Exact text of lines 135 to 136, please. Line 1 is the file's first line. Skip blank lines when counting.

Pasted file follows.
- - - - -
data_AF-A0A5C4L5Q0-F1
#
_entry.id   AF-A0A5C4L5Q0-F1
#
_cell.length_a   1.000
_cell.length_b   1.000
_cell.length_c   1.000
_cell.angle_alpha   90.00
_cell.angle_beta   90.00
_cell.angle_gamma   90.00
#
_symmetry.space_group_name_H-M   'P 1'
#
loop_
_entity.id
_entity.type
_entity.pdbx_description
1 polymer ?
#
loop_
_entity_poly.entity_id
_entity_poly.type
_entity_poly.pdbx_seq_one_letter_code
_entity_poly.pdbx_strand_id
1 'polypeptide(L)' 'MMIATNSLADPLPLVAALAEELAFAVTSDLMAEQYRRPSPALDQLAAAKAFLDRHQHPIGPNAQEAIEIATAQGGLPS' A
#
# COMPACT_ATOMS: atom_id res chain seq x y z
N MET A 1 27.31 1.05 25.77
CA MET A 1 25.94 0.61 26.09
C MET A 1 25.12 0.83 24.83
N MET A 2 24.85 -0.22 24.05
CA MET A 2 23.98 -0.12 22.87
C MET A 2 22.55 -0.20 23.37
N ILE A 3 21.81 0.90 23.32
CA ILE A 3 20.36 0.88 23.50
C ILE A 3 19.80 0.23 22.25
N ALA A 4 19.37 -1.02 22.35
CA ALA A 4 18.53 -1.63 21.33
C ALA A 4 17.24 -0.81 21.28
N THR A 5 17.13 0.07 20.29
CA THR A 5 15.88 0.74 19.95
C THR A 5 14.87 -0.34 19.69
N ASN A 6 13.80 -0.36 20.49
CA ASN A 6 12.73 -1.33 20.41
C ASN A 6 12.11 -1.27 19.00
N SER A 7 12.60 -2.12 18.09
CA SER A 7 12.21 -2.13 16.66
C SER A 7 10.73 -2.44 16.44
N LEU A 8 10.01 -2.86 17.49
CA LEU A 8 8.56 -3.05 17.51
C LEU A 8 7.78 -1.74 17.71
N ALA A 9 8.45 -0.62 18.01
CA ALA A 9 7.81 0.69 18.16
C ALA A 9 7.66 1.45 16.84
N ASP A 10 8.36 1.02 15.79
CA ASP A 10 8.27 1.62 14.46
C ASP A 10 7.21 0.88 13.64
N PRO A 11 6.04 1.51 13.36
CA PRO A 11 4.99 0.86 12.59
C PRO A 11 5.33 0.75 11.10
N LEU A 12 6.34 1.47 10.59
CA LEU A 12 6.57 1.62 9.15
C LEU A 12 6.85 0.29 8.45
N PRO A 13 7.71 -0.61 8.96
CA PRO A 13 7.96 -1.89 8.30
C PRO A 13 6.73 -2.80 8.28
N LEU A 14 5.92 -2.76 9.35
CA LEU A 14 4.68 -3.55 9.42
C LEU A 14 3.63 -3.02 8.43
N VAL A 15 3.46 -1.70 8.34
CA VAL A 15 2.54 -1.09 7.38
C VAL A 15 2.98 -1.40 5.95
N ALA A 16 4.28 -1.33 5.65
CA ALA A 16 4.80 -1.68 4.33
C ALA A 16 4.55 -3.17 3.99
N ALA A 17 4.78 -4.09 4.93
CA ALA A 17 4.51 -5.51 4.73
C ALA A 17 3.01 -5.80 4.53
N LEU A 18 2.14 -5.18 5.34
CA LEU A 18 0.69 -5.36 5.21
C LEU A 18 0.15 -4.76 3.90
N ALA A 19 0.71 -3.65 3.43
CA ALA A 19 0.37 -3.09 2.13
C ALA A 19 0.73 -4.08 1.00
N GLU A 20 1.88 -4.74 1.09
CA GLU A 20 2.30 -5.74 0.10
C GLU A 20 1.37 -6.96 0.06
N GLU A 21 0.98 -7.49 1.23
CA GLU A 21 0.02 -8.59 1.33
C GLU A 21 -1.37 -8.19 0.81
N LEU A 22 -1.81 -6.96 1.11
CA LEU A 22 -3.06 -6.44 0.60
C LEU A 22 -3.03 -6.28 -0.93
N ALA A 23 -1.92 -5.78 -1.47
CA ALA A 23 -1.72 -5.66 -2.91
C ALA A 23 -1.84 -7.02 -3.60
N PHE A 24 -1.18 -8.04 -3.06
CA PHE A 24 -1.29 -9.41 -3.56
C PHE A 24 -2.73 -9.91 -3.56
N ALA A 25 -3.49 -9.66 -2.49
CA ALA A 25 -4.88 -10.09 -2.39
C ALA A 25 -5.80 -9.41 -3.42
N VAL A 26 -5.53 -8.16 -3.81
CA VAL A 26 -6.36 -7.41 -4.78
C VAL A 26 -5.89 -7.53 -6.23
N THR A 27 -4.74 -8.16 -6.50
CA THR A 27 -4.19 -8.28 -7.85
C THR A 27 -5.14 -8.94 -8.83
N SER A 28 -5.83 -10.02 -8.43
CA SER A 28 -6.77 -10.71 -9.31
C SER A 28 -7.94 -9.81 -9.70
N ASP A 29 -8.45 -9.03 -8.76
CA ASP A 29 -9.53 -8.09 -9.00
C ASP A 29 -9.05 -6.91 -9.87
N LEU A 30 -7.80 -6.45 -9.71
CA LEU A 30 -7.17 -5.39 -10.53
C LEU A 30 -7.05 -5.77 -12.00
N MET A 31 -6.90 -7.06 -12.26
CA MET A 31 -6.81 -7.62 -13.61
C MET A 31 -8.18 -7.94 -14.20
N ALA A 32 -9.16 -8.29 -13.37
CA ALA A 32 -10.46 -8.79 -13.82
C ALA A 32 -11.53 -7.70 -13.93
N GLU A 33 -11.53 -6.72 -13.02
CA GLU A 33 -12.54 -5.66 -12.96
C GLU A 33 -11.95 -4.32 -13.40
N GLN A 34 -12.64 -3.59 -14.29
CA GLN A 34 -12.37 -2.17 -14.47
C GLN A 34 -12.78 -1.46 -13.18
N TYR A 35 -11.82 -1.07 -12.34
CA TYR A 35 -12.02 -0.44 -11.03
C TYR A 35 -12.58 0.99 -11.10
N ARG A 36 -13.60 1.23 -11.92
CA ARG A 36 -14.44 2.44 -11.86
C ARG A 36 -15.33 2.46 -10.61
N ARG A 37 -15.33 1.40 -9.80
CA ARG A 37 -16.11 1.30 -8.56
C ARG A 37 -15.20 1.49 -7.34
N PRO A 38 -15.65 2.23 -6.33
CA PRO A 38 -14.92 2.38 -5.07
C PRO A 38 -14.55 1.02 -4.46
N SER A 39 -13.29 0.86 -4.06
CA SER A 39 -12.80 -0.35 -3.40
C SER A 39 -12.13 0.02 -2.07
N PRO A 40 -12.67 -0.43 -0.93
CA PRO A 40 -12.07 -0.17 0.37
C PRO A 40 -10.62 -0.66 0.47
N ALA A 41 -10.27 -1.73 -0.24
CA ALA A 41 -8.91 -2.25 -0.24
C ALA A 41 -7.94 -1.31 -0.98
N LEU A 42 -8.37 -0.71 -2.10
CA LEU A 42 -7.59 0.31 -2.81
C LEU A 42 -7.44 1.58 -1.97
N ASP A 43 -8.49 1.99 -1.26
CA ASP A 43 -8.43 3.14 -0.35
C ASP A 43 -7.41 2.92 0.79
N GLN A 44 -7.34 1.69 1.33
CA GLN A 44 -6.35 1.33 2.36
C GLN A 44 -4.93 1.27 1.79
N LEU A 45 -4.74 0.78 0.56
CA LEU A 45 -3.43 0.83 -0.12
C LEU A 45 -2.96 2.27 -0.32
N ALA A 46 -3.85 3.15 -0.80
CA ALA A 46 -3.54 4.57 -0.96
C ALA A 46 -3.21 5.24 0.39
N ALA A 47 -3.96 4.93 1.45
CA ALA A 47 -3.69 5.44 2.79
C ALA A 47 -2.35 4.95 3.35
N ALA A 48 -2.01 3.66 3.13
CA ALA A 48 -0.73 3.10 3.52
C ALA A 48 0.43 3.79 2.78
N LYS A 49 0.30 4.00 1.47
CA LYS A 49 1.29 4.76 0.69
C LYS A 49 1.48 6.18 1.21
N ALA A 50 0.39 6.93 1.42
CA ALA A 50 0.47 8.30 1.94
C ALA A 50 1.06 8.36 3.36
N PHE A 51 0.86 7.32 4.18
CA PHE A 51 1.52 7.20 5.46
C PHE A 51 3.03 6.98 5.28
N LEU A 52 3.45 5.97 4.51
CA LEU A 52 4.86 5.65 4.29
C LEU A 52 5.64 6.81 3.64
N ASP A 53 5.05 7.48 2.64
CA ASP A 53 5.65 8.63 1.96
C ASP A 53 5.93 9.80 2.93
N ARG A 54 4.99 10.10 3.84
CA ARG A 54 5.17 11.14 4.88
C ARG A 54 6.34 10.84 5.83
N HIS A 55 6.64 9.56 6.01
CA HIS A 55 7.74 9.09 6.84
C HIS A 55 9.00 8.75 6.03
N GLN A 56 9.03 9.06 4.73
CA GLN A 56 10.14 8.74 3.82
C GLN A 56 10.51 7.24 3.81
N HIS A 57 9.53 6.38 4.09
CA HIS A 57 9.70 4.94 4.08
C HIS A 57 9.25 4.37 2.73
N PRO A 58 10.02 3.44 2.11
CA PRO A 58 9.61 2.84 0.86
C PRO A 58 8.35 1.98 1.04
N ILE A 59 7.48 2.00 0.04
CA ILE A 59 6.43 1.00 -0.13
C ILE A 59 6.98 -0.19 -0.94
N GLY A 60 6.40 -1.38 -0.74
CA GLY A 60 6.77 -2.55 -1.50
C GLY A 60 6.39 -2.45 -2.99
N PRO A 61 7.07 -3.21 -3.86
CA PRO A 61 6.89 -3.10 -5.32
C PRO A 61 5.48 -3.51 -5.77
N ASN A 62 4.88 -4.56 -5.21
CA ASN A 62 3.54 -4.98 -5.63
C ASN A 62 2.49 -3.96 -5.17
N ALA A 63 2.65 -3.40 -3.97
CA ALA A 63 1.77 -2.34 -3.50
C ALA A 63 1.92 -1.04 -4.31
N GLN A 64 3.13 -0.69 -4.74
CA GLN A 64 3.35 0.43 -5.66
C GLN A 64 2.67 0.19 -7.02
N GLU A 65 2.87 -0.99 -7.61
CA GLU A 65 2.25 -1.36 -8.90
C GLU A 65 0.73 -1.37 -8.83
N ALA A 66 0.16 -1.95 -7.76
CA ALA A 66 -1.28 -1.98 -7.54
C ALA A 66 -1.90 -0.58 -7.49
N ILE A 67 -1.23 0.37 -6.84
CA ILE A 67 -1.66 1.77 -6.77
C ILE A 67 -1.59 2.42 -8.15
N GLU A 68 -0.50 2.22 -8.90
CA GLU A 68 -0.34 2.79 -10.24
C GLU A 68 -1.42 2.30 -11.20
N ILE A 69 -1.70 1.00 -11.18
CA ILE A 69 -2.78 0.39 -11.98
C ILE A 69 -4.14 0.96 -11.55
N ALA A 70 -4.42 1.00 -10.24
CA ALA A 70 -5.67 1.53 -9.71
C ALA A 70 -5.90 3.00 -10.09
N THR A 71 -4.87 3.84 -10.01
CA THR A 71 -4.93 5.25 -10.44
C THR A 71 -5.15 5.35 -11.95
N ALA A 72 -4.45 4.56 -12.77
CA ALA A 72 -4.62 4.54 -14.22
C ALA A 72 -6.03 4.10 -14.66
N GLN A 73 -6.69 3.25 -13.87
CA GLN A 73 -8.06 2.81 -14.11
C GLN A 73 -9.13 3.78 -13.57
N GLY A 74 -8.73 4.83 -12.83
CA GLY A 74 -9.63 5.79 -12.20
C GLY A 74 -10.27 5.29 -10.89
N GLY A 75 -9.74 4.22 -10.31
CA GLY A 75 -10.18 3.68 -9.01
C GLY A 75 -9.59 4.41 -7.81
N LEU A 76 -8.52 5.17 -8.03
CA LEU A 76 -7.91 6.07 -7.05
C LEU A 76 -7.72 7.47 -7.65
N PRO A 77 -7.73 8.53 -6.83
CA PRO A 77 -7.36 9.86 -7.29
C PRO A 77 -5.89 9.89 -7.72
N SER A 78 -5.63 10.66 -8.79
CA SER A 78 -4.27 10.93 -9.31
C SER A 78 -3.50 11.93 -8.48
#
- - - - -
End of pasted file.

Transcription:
C ARG A 36 -15.33 2.46 -10.61
N ARG A 37 -15.33 1.40 -9.80